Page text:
In 2017, Moscow outlawed the religious movement, accusing it of harming the nation. For human rights organizations, security forces have searched at least 780 homes since 2017.
Moscow (AsiaNews / Agencies) - Russian authorities in the Jewish Autonomous Oblast's in Siberia have charged eight "Jehovah's Witnesses" (TdG), six women and two men for "extremism". For administrators, they are guilty of criminal activity, since the JWs were banned in 2017. For those who defend human rights, these arrests are another case of repression of religious freedom, freedom of the movement and persecution of religious minorities in Russia.
The indictment was issued on February 18 against the eight faithful by the authorities of Birobidzhan, the regional capital of the autonomous province. Since the beginning of 2020, similar charges have been filed against 11 other members of the movement.
In April 2017, Russia banned the activities of the religious group and labeled it an "extremist organization". Jehovah Witnesses have been viewed with suspicion for decades. They are considered a "threat to citizens' rights, public order and public safety" because of their considerations on military service (they refuse to leverage), the right to vote and governmental power in general (they don't sing the anthem national and do not pay homage to secular powers).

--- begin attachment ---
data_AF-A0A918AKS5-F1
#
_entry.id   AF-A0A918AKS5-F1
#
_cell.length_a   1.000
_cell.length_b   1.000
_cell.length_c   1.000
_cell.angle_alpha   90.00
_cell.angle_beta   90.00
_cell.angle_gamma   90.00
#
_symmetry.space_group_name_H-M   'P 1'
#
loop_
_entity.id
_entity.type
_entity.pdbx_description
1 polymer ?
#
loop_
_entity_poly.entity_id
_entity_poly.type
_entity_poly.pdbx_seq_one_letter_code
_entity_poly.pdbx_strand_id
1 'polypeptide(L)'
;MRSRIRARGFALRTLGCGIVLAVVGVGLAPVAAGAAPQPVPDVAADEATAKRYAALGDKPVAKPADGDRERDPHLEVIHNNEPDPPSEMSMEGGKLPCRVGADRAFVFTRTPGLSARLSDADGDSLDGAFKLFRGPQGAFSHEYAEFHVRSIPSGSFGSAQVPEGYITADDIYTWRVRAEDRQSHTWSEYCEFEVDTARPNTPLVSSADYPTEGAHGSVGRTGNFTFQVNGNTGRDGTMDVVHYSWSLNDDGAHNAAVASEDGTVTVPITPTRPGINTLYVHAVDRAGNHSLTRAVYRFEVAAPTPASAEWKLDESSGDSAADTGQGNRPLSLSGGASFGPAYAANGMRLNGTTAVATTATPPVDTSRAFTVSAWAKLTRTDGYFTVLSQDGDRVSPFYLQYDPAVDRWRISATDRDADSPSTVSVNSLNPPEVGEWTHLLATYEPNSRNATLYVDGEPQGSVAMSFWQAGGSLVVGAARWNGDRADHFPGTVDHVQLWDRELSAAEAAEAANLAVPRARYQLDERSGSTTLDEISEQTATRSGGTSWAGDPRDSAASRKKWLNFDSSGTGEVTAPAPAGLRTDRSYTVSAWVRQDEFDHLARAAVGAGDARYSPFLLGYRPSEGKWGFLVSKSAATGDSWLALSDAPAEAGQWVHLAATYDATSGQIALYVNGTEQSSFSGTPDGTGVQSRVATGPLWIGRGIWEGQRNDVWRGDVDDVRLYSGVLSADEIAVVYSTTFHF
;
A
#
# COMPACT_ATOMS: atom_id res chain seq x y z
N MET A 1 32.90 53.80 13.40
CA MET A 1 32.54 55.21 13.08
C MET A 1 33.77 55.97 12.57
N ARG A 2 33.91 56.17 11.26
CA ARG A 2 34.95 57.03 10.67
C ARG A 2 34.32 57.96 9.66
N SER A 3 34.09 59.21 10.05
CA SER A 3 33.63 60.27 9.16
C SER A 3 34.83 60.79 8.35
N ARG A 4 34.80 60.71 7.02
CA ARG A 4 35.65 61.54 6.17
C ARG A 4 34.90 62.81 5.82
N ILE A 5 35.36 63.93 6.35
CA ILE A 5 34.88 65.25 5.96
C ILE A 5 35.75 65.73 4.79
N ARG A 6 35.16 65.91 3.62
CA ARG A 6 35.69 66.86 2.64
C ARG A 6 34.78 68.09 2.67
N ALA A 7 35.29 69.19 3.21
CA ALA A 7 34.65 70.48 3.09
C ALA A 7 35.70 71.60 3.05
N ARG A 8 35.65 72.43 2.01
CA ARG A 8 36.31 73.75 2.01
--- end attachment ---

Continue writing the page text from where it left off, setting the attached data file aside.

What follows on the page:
The Moscow-based Memorial Human Rights Center recognized 29 Witnesses accused or detained for extremism as "political prisoners". According to Human Rights Watch, Russian security forces have "dramatically increased national persecution" against the faithful over the past year. For the NGO, Moscow authorities have searched at least 780 JW homes since 2017, more than half of which in 2019.